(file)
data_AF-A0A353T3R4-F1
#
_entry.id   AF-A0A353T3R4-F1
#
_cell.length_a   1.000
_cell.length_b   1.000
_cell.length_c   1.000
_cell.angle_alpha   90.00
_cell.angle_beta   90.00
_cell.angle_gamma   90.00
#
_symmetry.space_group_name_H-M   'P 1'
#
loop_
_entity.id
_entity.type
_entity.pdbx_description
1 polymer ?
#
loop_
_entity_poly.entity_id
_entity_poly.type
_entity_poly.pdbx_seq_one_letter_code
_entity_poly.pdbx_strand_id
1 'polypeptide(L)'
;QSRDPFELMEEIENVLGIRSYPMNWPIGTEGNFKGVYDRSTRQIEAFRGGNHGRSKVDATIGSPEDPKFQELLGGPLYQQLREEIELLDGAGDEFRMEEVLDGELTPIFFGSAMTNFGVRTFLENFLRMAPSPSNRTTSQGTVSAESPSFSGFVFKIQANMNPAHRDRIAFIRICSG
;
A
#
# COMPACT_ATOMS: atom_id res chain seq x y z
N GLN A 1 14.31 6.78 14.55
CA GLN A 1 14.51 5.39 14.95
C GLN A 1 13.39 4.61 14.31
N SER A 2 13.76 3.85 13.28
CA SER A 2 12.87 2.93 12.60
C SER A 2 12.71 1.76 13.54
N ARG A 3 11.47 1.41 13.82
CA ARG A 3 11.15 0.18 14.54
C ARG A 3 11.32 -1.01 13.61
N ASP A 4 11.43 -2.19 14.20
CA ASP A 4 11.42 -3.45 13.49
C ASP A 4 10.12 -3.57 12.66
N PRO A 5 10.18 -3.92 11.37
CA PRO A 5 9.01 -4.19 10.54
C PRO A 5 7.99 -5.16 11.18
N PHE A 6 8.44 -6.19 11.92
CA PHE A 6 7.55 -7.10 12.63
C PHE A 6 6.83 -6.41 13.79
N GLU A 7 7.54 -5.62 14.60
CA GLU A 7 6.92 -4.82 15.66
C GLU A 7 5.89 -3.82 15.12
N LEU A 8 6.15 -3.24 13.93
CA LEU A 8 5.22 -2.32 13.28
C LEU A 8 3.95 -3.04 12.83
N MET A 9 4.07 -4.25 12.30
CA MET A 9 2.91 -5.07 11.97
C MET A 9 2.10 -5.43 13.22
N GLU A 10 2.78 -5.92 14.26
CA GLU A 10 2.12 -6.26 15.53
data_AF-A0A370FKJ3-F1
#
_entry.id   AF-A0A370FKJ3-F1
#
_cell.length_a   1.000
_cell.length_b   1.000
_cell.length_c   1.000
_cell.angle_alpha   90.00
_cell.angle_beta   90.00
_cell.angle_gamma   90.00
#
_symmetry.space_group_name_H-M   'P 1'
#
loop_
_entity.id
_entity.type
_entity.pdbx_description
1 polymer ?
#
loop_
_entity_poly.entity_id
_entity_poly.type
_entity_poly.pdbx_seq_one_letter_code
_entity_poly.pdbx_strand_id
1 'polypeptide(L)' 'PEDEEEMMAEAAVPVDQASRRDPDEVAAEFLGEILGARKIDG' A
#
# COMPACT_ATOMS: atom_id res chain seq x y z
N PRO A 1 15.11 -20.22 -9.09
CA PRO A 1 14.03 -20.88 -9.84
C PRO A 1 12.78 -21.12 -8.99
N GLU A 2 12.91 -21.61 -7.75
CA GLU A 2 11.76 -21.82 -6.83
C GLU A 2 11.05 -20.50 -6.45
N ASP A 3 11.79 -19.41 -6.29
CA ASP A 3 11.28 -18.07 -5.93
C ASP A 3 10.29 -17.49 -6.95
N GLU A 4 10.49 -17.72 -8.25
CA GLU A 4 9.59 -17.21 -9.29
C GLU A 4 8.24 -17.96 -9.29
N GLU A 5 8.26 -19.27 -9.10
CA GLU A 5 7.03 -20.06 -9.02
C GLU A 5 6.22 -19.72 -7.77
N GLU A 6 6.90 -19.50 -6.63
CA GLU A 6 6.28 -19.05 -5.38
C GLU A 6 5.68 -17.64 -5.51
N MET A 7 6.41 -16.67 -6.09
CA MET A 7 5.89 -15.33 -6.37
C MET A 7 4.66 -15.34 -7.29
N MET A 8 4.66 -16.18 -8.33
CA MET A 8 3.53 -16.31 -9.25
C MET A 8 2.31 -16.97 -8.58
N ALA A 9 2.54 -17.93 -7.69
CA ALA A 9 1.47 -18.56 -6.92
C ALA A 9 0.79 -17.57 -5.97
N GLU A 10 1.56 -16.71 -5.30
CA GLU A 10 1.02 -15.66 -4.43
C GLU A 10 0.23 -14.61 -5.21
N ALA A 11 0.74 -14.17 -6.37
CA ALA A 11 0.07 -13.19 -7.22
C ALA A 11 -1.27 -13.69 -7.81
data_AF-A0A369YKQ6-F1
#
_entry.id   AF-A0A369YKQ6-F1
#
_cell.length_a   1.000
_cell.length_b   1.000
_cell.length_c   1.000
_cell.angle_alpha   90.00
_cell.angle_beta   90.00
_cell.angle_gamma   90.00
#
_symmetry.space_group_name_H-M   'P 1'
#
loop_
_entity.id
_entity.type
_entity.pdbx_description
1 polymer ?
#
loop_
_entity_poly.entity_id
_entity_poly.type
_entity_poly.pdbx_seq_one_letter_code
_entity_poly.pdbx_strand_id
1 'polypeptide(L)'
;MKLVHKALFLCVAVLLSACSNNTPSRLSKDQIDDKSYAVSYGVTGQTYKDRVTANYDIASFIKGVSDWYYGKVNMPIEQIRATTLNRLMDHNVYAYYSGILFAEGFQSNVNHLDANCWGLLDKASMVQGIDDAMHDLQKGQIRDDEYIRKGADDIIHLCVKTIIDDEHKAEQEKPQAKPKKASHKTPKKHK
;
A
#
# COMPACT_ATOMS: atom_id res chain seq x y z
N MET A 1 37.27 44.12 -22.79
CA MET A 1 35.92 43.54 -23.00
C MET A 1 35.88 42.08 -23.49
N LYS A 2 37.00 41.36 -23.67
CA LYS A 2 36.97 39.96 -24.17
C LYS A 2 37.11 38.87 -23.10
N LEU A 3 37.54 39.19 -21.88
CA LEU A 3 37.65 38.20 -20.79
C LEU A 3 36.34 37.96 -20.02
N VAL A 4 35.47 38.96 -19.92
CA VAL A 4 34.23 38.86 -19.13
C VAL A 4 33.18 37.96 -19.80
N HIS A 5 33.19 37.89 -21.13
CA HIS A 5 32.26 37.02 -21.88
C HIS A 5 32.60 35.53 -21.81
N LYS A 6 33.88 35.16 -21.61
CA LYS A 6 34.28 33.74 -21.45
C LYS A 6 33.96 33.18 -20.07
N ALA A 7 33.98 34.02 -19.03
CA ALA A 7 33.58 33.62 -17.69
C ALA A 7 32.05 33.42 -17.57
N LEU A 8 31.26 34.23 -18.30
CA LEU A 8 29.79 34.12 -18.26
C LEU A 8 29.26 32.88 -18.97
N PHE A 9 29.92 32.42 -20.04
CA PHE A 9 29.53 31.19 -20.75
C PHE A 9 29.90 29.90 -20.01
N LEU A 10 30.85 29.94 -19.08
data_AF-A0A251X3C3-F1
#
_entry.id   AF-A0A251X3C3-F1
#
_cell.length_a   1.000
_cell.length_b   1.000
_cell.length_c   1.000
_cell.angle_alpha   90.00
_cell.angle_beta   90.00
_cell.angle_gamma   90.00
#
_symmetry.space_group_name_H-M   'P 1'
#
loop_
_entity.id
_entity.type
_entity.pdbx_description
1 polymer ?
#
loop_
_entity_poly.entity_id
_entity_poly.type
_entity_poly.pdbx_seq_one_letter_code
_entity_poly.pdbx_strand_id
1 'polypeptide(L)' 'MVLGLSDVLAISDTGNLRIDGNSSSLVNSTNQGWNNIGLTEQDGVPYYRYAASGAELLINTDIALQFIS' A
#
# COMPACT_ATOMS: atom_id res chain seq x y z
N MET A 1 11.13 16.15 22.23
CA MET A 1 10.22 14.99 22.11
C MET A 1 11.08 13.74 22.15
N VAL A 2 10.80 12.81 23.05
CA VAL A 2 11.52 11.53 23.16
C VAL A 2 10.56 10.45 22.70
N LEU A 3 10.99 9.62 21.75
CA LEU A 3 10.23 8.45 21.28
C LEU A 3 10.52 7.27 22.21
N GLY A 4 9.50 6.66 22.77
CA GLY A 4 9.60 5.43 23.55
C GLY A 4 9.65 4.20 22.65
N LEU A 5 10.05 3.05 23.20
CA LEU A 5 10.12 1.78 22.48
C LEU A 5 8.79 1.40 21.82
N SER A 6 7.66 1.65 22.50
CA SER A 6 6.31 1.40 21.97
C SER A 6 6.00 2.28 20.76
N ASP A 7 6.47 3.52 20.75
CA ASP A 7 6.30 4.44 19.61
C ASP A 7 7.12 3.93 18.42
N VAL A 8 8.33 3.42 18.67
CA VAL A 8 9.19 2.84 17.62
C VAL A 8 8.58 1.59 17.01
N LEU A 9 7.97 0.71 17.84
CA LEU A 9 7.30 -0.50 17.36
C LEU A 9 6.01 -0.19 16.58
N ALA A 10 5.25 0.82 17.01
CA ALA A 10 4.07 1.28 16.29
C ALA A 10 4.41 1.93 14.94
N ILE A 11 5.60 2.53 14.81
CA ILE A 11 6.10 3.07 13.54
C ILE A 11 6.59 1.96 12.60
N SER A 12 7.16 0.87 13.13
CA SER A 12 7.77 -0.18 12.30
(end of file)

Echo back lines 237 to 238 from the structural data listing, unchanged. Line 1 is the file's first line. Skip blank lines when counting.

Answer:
C ILE A 11 6.59 1.96 12.60
N SER A 12 7.16 0.87 13.13